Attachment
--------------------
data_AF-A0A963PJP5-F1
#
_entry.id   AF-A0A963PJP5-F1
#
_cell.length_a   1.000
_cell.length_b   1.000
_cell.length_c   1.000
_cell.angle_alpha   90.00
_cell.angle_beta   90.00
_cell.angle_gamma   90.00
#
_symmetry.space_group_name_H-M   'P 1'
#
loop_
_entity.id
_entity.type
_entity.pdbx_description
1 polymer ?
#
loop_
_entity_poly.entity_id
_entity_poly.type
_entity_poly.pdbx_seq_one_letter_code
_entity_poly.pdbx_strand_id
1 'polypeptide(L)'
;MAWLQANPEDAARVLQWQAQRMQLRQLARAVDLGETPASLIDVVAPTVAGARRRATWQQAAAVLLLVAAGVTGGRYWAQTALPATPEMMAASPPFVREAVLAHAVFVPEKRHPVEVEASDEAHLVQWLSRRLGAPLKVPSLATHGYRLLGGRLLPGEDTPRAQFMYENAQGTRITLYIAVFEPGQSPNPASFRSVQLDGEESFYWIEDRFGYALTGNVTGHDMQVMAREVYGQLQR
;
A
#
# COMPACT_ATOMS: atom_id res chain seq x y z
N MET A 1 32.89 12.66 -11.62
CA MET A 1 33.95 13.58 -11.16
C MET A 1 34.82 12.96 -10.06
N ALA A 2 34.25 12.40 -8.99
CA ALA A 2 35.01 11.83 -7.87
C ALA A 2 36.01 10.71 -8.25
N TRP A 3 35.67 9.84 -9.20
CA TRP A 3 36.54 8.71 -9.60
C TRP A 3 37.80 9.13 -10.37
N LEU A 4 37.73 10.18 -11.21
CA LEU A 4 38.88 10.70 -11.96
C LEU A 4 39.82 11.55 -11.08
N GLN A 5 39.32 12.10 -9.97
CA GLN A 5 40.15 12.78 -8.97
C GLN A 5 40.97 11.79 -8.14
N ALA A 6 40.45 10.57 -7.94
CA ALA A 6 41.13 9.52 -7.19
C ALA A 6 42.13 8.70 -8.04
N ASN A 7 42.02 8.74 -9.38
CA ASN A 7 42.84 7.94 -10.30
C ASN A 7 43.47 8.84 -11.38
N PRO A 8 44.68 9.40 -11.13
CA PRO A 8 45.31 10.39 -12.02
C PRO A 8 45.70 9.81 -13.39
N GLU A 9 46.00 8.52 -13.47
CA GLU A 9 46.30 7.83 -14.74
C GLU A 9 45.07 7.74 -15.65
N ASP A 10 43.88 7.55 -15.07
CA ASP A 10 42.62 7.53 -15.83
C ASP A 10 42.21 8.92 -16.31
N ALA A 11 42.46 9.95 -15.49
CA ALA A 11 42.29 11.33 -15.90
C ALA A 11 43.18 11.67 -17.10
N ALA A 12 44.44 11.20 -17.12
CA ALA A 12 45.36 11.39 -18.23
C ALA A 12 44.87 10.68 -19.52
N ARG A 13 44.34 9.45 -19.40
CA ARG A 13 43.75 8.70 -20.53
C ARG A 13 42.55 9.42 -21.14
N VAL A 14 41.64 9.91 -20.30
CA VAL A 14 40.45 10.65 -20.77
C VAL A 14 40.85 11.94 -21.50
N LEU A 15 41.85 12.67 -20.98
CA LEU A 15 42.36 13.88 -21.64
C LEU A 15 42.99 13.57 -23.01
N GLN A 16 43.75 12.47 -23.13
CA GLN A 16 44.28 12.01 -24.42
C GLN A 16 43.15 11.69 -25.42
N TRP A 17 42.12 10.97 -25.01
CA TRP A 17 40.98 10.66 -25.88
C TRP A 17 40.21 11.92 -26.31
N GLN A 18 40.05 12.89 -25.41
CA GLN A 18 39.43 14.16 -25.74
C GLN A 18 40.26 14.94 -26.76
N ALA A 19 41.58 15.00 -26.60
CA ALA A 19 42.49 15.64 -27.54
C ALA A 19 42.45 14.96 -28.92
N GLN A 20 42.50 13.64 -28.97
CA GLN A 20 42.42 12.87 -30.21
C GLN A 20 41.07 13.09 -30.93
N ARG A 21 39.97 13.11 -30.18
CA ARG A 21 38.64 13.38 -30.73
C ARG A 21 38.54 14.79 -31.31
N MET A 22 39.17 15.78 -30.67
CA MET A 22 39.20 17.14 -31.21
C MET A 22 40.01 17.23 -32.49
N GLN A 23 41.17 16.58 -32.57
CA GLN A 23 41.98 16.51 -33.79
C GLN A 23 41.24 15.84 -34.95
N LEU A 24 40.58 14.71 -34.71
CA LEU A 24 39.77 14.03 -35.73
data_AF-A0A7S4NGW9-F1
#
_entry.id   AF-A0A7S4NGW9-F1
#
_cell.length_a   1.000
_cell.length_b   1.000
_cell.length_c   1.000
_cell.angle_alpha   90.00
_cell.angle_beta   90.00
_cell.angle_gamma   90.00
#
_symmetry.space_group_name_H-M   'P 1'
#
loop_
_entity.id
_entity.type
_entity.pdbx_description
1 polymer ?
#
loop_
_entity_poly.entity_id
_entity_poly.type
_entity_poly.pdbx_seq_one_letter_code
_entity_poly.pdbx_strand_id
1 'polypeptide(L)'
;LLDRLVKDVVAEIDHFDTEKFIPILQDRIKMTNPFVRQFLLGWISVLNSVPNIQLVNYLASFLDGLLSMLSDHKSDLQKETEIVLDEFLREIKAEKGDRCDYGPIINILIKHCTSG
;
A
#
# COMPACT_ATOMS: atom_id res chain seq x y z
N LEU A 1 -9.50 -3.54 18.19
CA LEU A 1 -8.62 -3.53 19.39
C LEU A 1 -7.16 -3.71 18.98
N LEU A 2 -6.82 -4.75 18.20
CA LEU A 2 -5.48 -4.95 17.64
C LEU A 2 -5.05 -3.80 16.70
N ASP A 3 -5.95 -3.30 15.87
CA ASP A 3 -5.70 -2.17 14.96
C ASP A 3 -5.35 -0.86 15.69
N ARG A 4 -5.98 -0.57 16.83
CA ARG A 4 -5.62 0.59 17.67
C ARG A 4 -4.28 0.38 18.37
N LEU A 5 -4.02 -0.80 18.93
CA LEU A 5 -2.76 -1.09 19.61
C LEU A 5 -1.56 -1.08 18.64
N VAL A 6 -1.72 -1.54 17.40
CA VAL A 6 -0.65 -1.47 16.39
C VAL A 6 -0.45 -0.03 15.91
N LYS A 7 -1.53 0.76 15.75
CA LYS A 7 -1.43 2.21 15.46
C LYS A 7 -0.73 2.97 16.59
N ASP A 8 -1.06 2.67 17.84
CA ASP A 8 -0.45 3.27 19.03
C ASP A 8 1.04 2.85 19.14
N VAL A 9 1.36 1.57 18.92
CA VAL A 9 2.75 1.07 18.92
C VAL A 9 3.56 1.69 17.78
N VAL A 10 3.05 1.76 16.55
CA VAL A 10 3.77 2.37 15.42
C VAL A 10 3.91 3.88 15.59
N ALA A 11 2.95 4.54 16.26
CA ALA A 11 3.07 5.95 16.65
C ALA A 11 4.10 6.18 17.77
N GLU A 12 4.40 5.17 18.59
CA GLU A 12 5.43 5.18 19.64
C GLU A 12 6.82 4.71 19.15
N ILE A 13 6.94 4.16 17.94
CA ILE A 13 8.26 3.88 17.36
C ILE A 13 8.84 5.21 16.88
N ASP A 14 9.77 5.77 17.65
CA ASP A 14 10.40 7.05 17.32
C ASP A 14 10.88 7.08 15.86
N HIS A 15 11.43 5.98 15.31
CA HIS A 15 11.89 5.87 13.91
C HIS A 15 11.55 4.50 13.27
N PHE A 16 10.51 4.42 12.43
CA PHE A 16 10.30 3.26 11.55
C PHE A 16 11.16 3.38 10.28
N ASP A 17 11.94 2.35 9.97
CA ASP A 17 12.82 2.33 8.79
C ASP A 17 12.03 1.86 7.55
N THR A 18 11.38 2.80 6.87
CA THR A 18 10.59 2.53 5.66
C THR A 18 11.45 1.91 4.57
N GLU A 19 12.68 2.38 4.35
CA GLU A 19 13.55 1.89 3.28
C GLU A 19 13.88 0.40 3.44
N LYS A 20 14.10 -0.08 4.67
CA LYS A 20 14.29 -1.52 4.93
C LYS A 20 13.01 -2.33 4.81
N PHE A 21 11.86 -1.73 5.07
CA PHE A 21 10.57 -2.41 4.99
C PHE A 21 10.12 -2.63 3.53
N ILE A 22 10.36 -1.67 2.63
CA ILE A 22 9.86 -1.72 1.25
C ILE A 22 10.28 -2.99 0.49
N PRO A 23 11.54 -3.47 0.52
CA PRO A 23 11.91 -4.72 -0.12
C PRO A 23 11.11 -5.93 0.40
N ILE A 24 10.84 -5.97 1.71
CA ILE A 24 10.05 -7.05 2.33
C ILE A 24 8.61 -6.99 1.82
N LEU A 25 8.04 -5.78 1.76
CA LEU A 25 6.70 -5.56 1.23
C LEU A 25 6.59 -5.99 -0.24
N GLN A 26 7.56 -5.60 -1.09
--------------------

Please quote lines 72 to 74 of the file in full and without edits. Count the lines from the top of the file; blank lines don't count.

C VAL A 14 40.85 11.94 -21.50
N LEU A 15 41.85 12.67 -20.98
CA LEU A 15 42.36 13.88 -21.64